• 1) Ensuring that everyone in a conversation is credited, from the original writer to the most recent node who provided you the information.  I use the word ‘conversation’ now instead of ‘retweet’, since this syntax could extend beyond retweets to any sort of interaction on Twitter where one wants to refer to a specific tweet.  If I post a question to my followers, for instance, they could use this syntax to reply, thus helping people (or a Twitter client) easily trace back to the original question.
  • 2) Using these traces, we could trace an entire network of interaction and information spread on Twitter in a way that is currently not possible.  Researchers who currently look at retweets (such as Dan Zarella) can currently only do very shallow analyses such as searches on “RT” since there is no infrastructure to support this behavior.  A structured syntax for RT’s could provide a rich glimpse into the dynamics of information spread on Twitter.

 

References

 

Sanjay Kairam, Retweets and Microsyntax

 

Other RT Microsyntax Suggestions:

Guillaume Lebleu, A Qualified ReTweet Microsyntax Idea

 

Comments (4)

Stowe Boyd said

at 12:04 pm on Jun 6, 2009

Why the '#"? Seems to do nothing more that the 'R". Perhaps "Re" might be better?

sanjay.kairam@... said

at 7:41 pm on Jun 6, 2009

Well, again, I am sure there are plenty of better ideas for the syntax, but for some reason that just jumped out as me b/c R is more general than "RT" and because the # to me connotes that the number is purposeful?

Andy Mabbett said

at 3:03 am on Jun 8, 2009

R#2074589812 is not recognised as a hashtag by current tools (Twitter search; Dabr) but #2074589812 is; #twitter:status=2074604066 is generally recognised as "#twitter:status".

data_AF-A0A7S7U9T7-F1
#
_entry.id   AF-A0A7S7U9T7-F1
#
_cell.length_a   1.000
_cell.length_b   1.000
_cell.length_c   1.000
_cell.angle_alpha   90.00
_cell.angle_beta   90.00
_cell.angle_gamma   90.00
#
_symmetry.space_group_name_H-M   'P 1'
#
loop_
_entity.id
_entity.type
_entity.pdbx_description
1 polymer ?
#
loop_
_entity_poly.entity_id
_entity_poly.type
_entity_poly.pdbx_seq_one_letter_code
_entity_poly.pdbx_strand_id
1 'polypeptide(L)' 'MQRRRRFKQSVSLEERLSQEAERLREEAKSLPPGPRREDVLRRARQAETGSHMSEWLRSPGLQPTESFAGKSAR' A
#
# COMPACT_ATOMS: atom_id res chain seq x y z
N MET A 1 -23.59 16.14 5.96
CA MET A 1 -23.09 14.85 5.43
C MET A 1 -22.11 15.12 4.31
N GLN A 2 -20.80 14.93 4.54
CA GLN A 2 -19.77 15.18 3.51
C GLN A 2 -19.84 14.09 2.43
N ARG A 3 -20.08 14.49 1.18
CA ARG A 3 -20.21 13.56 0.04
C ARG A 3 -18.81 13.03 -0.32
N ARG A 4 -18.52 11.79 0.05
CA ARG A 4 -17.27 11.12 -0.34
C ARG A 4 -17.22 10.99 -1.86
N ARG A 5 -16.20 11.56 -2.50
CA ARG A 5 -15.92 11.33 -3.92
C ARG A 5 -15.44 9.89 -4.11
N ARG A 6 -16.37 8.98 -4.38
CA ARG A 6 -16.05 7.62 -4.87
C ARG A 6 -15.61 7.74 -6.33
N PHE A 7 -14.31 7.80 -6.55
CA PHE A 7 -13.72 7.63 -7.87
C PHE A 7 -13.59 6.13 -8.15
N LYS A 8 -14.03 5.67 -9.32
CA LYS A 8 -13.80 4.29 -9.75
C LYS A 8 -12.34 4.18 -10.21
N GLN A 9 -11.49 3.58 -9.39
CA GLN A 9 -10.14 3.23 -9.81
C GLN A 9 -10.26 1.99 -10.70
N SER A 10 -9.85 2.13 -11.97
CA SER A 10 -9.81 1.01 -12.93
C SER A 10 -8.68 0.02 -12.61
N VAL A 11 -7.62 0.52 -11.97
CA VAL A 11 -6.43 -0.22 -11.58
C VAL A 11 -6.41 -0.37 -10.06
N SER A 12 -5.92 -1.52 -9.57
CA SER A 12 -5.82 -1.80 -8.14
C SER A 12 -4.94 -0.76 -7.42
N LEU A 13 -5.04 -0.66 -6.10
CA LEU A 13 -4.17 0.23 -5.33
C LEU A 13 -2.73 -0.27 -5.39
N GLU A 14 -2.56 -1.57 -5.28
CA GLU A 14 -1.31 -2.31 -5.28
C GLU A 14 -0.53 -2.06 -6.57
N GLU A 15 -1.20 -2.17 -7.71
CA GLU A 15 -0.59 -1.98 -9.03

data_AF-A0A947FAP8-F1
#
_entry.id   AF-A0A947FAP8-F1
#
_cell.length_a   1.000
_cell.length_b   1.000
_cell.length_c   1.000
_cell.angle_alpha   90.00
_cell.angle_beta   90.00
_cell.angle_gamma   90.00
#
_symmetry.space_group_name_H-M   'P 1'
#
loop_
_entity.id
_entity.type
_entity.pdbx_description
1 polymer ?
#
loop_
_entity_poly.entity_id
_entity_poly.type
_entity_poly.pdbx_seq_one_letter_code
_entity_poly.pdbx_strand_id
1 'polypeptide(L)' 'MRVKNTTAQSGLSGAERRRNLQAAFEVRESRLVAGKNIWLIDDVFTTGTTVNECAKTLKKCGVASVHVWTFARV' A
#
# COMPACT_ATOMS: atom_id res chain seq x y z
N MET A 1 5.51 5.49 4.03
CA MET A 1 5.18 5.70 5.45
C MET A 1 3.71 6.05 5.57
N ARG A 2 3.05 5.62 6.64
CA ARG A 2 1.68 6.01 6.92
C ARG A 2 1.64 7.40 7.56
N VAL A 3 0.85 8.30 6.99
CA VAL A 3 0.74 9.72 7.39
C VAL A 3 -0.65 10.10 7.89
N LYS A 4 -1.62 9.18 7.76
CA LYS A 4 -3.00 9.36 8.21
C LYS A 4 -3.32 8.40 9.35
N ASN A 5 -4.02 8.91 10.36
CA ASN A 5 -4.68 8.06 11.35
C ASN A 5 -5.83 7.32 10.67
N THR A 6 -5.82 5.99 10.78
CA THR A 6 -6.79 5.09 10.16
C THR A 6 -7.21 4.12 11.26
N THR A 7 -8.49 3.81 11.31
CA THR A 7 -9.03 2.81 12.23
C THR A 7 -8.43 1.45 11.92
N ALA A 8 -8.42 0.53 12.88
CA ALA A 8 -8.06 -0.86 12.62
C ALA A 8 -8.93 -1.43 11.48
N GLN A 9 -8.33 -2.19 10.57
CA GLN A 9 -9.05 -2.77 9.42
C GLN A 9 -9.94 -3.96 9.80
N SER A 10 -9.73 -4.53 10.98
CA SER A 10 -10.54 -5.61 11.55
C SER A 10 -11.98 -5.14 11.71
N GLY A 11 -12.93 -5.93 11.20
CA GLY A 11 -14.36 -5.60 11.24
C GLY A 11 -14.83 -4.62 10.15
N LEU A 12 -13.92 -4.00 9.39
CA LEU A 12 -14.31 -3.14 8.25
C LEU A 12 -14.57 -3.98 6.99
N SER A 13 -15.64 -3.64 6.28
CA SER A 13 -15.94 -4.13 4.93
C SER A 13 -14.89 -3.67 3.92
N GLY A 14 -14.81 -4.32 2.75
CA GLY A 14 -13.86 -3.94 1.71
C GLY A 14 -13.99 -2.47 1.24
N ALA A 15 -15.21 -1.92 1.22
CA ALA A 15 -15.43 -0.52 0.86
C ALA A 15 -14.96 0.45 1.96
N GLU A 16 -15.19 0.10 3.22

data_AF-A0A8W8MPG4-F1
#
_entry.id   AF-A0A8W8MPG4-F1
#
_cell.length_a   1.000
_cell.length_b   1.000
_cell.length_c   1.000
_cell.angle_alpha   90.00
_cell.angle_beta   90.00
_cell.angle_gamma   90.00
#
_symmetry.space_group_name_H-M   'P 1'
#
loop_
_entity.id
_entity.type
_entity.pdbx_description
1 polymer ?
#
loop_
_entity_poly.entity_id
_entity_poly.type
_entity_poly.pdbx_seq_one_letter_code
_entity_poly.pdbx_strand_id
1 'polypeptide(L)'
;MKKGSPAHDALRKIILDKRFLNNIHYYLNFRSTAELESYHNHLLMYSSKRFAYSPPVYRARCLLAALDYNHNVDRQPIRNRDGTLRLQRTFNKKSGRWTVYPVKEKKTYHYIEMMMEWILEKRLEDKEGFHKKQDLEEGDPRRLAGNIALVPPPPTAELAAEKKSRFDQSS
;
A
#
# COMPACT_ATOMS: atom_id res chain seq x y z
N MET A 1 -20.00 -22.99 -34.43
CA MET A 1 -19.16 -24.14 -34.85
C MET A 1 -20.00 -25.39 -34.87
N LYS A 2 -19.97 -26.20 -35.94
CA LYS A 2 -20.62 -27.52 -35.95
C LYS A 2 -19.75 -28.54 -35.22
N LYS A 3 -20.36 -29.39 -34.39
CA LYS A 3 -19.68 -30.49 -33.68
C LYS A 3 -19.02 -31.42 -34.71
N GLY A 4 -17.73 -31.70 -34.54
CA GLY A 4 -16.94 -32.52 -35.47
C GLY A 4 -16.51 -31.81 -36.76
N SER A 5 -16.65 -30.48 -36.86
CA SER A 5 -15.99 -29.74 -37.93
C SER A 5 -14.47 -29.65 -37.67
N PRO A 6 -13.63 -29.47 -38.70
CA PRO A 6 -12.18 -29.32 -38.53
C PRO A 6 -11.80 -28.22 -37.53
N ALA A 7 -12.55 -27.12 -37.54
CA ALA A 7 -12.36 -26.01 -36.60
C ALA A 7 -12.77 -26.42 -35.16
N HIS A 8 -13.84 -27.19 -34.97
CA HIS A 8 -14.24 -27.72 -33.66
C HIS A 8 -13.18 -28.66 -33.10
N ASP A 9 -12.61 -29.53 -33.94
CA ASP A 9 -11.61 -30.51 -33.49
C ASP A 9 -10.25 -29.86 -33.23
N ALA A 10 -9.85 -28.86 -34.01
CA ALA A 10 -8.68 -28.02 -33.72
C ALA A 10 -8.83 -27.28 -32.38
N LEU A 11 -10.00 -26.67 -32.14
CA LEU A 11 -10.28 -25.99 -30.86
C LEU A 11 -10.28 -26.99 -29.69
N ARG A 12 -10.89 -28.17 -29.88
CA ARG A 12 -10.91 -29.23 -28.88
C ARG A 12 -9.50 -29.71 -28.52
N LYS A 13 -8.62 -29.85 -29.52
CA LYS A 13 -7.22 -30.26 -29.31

DennisStevenson said

at 9:30 am on Jun 16, 2009

Seems to me that increasingly this looks like machine:machine language, not human:human or human:machine. Sort of llike Tweetdeck prepends an "RT" when I click the retweet button (machine:human), clicking a button here would automatically generate this syntax and put it in the tweet. This would be relevant only if the corresponding twitter client could decipher the instructions and retrieve the appropriate referenced tweets - presenting (perhaps an extended string of related tweets) all relevant tweets into a single message of comments on comments on a tweet.

A couple interesting thoughts here.
1) This would allow the construction of messages greater than 140 characters, functionally making 140 the sending limit, but not the receiving limit.
2) This shifts the medium from independent messages to metadata about other messages.
3) This breaks the notion that each message is self-contained and now requires the connection of multiple messages to create context.

I can see how this would work in a properly featured client, but receiving/sending texts would be difficult to do this kind of thing (assuming twitter does not build this functionality into the core platform). It would also make the twitter website somewhat unintelligible. At a minimum, it would be necessary to have a linking convention on the website to allow the single tweet display metaphor to provide easy navigation back up the tweet chain.

Interesting thought!